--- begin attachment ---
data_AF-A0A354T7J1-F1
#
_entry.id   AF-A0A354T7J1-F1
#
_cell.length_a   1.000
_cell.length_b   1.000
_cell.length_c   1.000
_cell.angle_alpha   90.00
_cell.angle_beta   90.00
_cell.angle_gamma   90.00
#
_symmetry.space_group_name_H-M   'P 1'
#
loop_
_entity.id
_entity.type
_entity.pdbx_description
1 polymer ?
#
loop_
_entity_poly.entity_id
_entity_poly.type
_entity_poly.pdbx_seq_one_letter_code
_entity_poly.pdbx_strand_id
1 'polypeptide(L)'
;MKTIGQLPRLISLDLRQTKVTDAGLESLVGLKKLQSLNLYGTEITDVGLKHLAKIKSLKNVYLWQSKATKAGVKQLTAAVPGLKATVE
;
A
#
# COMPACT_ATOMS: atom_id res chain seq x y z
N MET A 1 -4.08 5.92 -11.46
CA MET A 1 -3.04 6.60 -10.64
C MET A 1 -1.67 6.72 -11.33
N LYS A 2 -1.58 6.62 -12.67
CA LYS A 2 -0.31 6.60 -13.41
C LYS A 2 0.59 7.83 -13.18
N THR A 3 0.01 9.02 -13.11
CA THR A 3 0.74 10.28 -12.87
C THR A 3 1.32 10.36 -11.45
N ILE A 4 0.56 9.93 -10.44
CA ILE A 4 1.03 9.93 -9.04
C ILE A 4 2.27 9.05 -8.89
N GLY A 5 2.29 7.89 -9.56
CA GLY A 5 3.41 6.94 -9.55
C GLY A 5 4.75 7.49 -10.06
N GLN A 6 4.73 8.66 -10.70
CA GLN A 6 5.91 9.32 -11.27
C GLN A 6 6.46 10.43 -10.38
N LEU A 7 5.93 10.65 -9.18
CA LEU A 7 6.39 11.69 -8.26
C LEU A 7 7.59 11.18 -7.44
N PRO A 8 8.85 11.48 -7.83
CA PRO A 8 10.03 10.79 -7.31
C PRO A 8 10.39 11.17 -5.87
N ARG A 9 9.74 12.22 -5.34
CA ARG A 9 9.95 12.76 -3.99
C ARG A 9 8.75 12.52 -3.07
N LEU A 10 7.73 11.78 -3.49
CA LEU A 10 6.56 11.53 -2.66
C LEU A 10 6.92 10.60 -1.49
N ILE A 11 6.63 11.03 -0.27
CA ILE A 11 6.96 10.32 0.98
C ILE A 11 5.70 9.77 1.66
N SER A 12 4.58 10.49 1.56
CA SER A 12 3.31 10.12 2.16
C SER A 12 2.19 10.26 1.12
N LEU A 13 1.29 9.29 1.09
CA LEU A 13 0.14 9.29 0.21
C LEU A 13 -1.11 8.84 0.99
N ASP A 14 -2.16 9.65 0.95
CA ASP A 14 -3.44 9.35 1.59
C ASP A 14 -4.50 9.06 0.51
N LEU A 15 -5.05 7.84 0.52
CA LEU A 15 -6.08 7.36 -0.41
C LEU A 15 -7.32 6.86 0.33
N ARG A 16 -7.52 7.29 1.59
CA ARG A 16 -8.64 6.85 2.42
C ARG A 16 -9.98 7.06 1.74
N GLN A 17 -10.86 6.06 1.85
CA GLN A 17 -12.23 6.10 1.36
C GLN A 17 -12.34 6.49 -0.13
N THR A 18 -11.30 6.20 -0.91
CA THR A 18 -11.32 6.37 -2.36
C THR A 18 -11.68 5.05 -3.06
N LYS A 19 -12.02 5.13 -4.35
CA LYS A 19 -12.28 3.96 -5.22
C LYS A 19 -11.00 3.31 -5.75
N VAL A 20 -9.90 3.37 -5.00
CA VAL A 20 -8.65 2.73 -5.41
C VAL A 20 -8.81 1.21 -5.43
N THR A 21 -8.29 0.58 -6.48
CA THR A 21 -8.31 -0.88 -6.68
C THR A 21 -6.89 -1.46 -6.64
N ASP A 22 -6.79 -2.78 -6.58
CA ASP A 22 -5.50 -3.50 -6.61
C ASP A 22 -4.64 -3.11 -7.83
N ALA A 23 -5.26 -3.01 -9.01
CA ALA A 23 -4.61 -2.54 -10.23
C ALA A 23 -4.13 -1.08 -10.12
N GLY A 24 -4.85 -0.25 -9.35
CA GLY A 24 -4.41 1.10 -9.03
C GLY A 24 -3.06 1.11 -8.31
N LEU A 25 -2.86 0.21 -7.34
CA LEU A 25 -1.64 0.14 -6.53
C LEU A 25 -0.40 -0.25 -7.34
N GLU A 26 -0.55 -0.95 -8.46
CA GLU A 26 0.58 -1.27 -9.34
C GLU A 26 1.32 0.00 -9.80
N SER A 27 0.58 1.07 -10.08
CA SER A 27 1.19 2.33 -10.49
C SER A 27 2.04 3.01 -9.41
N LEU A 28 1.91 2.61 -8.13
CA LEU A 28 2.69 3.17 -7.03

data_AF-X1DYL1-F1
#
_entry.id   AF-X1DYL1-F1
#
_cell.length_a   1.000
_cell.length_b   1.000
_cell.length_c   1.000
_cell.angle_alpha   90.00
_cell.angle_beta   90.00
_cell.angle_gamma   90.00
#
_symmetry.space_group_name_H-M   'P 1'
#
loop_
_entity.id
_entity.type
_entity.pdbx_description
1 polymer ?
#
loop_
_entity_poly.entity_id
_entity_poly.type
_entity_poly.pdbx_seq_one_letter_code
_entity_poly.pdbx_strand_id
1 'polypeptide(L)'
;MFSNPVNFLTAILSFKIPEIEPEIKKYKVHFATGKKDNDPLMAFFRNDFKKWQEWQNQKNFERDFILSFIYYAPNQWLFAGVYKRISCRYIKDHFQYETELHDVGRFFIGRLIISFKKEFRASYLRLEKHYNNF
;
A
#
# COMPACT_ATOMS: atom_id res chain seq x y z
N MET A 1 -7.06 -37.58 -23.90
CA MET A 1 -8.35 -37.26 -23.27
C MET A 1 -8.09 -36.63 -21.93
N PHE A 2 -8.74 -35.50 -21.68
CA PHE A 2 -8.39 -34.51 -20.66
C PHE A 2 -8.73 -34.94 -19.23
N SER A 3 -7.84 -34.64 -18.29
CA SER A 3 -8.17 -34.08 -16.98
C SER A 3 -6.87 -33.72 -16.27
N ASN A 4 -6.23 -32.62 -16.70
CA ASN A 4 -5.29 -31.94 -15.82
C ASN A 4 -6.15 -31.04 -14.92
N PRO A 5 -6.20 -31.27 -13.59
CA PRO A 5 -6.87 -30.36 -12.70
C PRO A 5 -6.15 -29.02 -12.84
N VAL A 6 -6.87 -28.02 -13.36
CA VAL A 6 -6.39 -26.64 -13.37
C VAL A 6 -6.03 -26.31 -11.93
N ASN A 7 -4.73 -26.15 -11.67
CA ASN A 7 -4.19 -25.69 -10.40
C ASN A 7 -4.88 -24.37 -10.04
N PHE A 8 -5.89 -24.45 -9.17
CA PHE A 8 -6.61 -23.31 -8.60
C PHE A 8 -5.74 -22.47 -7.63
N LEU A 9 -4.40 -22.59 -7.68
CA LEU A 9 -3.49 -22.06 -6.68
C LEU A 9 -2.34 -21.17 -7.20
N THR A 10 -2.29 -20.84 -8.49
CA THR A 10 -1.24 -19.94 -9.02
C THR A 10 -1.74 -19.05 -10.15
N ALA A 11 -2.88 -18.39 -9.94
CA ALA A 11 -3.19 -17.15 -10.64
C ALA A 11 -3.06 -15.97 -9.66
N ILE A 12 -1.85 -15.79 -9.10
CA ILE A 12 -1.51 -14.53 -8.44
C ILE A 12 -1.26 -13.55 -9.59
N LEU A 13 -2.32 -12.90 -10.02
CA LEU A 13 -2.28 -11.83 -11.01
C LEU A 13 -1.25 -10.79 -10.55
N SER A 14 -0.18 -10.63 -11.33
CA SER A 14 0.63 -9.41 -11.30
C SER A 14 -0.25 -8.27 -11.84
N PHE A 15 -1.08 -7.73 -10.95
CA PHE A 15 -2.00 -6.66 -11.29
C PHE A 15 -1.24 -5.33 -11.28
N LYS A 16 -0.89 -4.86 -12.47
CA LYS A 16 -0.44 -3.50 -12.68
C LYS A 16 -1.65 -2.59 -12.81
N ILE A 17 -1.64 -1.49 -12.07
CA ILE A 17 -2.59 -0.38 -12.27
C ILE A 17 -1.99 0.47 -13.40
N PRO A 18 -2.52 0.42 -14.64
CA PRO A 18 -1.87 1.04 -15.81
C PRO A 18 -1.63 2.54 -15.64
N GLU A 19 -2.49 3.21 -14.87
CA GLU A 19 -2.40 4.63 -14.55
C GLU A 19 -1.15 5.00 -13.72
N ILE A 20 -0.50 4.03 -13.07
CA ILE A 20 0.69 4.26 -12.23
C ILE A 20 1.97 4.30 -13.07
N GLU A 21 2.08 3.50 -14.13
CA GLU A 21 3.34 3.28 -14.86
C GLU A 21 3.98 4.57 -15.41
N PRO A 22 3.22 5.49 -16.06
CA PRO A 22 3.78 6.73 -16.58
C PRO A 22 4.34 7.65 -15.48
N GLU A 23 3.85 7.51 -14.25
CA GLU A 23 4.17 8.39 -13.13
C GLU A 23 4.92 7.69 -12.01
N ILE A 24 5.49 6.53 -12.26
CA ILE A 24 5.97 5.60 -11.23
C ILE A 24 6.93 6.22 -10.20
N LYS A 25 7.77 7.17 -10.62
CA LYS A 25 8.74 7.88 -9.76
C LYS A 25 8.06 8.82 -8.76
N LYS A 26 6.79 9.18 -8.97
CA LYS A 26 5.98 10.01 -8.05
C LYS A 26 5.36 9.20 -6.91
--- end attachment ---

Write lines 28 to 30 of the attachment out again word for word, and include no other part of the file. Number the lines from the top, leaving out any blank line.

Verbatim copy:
A
#
# COMPACT_ATOMS: atom_id res chain seq x y z